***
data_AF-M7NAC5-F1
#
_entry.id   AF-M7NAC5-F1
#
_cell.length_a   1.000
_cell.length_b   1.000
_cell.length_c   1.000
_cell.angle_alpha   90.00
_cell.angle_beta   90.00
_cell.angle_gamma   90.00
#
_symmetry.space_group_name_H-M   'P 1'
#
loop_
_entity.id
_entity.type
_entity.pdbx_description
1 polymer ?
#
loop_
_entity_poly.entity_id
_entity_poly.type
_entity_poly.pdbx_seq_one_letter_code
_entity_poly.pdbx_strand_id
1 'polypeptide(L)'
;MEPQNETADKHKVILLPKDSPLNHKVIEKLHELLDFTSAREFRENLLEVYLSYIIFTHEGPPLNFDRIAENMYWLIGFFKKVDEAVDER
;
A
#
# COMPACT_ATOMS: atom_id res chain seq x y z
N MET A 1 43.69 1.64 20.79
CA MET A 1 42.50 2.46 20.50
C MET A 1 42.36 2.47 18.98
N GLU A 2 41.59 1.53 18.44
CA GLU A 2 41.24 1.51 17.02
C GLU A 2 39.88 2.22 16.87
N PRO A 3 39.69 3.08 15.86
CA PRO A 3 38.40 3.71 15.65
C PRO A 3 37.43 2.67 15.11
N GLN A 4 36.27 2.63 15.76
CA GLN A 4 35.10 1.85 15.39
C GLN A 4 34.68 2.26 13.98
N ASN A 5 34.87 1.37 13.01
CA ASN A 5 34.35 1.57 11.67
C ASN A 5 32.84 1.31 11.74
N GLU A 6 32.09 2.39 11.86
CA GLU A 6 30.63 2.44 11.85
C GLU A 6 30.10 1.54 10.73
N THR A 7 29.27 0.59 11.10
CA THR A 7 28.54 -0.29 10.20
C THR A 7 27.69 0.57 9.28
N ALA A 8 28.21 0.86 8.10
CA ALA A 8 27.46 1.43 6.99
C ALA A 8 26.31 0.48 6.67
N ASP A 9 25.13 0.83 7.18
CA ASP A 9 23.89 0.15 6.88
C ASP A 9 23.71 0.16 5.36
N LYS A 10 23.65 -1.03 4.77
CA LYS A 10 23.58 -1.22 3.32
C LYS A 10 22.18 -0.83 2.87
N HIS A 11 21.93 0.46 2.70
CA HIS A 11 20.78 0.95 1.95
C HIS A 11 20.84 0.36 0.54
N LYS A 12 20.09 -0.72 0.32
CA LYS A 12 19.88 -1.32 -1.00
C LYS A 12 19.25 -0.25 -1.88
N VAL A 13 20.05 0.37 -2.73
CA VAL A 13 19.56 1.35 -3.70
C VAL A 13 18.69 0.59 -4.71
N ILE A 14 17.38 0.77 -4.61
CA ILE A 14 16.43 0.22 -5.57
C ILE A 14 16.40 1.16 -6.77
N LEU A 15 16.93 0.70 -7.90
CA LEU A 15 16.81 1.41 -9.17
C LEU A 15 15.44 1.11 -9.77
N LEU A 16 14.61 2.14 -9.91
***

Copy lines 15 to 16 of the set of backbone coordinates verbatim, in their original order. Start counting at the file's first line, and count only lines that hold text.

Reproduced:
_entity.id
_entity.type